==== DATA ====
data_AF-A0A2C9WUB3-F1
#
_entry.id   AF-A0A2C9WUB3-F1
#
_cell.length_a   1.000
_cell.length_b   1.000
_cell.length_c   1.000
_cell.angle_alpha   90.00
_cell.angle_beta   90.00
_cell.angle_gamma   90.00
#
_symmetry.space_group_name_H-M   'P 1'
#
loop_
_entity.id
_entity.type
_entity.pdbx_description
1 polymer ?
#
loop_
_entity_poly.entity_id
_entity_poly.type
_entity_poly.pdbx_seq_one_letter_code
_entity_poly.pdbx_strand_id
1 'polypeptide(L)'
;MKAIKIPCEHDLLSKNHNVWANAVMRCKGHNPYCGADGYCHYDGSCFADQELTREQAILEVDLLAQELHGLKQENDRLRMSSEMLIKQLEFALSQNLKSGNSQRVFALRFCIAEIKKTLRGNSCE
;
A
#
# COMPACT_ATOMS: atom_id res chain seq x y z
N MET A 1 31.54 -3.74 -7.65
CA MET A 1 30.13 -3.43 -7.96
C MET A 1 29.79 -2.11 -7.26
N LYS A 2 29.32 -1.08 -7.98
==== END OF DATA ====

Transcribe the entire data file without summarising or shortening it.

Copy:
data_AF-A0A2C9WUB3-F1
#
_entry.id   AF-A0A2C9WUB3-F1
#
_cell.length_a   1.000
_cell.length_b   1.000
_cell.length_c   1.000
_cell.angle_alpha   90.00
_cell.angle_beta   90.00
_cell.angle_gamma   90.00
#
_symmetry.space_group_name_H-M   'P 1'
#
loop_
_entity.id
_entity.type
_entity.pdbx_description
1 polymer ?
#
loop_
_entity_poly.entity_id
_entity_poly.type
_entity_poly.pdbx_seq_one_letter_code
_entity_poly.pdbx_strand_id
1 'polypeptide(L)'
;MKAIKIPCEHDLLSKNHNVWANAVMRCKGHNPYCGADGYCHYDGSCFADQELTREQAILEVDLLAQELHGLKQENDRLRMSSEMLIKQLEFALSQNLKSGNSQRVFALRFCIAEIKKTLRGNSCE
;
A
#
# COMPACT_ATOMS: atom_id res chain seq x y z
N MET A 1 31.54 -3.74 -7.65
CA MET A 1 30.13 -3.43 -7.96
C MET A 1 29.79 -2.11 -7.26
N LYS A 2 29.32 -1.08 -7.98